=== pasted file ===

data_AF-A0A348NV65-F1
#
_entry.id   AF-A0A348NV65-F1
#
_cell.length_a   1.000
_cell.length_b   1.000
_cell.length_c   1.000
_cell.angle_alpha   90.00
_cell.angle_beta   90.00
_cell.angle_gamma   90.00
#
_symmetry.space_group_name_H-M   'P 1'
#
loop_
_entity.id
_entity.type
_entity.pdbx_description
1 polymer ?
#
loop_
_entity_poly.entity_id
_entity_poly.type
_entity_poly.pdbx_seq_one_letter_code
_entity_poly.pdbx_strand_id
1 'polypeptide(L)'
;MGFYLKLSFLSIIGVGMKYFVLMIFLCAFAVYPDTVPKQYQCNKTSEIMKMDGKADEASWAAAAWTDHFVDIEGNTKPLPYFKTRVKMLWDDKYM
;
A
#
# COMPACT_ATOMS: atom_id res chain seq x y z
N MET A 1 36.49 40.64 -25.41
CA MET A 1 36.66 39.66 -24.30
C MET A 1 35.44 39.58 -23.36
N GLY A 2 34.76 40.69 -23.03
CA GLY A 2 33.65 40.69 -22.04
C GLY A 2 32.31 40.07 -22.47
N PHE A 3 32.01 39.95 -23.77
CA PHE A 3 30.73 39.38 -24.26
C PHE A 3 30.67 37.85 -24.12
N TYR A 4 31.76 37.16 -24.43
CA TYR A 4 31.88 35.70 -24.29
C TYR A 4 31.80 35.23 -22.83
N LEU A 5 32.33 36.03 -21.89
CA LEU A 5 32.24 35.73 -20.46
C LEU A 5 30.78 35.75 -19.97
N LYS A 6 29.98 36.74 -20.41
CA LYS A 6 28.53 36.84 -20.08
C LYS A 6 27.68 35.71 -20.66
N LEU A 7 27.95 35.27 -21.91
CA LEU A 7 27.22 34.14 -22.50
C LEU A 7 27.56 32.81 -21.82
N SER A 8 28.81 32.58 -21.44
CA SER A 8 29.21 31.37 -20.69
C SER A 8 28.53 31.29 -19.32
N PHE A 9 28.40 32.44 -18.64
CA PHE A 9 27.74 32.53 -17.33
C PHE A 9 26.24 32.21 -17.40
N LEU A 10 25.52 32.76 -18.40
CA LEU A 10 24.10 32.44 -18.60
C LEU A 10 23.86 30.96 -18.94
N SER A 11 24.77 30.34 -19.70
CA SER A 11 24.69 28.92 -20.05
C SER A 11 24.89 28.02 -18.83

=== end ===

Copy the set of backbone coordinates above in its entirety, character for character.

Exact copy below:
data_AF-A0A348NV65-F1
#
_entry.id   AF-A0A348NV65-F1
#
_cell.length_a   1.000
_cell.length_b   1.000
_cell.length_c   1.000
_cell.angle_alpha   90.00
_cell.angle_beta   90.00
_cell.angle_gamma   90.00
#
_symmetry.space_group_name_H-M   'P 1'
#
loop_
_entity.id
_entity.type
_entity.pdbx_description
1 polymer ?
#
loop_
_entity_poly.entity_id
_entity_poly.type
_entity_poly.pdbx_seq_one_letter_code
_entity_poly.pdbx_strand_id
1 'polypeptide(L)'
;MGFYLKLSFLSIIGVGMKYFVLMIFLCAFAVYPDTVPKQYQCNKTSEIMKMDGKADEASWAAAAWTDHFVDIEGNTKPLPYFKTRVKMLWDDKYM
;
A
#
# COMPACT_ATOMS: atom_id res chain seq x y z
N MET A 1 36.49 40.64 -25.41
CA MET A 1 36.66 39.66 -24.30
C MET A 1 35.44 39.58 -23.36
N GLY A 2 34.76 40.69 -23.03
CA GLY A 2 33.65 40.69 -22.04
C GLY A 2 32.31 40.07 -22.47
N PHE A 3 32.01 39.95 -23.77
CA PHE A 3 30.73 39.38 -24.26
C PHE A 3 30.67 37.85 -24.12
N TYR A 4 31.76 37.16 -24.43
CA TYR A 4 31.88 35.70 -24.29
C TYR A 4 31.80 35.23 -22.83
N LEU A 5 32.33 36.03 -21.89
CA LEU A 5 32.24 35.73 -20.46
C LEU A 5 30.78 35.75 -19.97
N LYS A 6 29.98 36.74 -20.41
CA LYS A 6 28.53 36.84 -20.08
C LYS A 6 27.68 35.71 -20.66
N LEU A 7 27.95 35.27 -21.91
CA LEU A 7 27.22 34.14 -22.50
C LEU A 7 27.56 32.81 -21.82
N SER A 8 28.81 32.58 -21.44
CA SER A 8 29.21 31.37 -20.69
C SER A 8 28.53 31.29 -19.32
N PHE A 9 28.40 32.44 -18.64
CA PHE A 9 27.74 32.53 -17.33
C PHE A 9 26.24 32.21 -17.40
N LEU A 10 25.52 32.76 -18.40
CA LEU A 10 24.10 32.44 -18.60
C LEU A 10 23.86 30.96 -18.94
N SER A 11 24.77 30.34 -19.70
CA SER A 11 24.69 28.92 -20.05
C SER A 11 24.89 28.02 -18.83